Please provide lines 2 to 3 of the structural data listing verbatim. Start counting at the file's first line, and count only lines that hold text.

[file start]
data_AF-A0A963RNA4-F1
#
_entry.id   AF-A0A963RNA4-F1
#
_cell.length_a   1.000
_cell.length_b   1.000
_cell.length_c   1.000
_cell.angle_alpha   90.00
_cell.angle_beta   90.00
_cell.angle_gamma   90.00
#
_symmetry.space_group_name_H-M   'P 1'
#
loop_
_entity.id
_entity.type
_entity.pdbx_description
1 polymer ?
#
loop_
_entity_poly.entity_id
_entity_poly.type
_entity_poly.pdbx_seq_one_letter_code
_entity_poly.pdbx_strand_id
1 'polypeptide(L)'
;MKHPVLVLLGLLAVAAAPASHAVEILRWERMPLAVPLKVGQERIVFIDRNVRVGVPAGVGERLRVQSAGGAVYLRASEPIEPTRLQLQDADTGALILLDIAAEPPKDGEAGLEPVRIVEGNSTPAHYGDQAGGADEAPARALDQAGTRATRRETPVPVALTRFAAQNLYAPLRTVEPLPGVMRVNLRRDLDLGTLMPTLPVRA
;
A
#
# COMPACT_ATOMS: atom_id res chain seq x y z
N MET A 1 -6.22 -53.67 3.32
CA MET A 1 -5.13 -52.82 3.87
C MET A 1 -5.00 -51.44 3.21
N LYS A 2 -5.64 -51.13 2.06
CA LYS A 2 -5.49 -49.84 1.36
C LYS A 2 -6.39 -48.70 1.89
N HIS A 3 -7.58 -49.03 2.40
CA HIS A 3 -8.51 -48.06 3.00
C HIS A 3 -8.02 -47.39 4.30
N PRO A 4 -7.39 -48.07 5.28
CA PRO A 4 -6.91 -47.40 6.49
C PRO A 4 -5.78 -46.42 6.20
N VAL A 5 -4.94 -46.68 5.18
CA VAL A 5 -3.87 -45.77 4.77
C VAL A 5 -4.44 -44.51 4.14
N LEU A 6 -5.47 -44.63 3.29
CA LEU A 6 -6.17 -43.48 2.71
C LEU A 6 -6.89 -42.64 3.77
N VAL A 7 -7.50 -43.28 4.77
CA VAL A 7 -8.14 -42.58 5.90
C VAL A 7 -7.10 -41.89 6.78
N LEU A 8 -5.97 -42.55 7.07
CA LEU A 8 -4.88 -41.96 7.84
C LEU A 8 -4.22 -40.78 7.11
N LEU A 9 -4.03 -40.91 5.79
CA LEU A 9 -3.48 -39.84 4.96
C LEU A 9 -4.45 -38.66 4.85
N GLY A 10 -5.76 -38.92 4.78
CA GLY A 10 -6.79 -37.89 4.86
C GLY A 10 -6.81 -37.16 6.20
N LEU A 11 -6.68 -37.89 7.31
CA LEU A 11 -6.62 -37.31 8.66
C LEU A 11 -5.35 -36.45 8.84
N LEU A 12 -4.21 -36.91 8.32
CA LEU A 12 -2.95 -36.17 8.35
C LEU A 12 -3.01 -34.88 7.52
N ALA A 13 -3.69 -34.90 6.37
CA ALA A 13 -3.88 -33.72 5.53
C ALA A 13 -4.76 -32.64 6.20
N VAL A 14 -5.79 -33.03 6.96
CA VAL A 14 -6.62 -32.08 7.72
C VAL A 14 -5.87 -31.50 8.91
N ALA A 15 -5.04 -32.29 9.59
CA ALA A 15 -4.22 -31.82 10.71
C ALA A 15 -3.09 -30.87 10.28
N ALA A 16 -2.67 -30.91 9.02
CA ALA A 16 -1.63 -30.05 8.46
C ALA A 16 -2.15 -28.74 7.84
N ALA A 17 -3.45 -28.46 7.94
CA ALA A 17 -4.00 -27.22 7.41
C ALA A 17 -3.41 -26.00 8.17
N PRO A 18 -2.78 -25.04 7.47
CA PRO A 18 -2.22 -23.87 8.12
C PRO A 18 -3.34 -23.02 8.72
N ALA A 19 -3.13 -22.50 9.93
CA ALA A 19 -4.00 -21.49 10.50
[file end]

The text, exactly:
#
_entry.id   AF-A0A963RNA4-F1